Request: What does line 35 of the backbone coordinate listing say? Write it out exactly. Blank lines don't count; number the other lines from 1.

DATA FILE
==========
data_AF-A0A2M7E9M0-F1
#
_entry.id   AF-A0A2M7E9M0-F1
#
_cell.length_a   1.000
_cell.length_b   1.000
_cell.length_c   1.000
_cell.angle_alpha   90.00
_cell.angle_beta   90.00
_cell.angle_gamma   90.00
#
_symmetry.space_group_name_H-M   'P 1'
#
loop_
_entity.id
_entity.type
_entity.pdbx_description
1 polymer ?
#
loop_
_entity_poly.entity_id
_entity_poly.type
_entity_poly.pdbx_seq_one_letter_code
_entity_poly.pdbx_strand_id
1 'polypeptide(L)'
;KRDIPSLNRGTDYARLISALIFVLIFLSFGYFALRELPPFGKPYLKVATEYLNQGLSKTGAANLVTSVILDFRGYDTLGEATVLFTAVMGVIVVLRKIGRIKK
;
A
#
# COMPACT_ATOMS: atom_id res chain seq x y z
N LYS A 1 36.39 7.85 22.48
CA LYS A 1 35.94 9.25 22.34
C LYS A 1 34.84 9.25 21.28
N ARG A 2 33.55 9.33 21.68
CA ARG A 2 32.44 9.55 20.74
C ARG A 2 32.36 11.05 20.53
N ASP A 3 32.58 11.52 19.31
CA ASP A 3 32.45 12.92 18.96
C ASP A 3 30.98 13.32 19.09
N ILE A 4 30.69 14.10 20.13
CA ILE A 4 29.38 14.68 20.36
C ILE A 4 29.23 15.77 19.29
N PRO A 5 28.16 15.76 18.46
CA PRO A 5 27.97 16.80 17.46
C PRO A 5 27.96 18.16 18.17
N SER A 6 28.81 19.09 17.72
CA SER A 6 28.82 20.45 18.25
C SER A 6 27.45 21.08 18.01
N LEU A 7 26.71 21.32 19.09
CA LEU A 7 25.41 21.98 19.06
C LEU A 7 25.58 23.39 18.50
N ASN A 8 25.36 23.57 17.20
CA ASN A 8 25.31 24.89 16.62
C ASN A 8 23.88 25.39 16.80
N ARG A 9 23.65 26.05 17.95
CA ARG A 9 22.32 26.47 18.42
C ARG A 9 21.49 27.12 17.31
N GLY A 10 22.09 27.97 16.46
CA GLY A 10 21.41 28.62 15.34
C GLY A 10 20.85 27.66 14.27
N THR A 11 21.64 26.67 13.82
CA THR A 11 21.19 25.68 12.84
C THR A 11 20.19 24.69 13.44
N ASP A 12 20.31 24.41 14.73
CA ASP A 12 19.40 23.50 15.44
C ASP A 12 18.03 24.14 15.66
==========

CA ARG A 2 32.44 9.55 20.74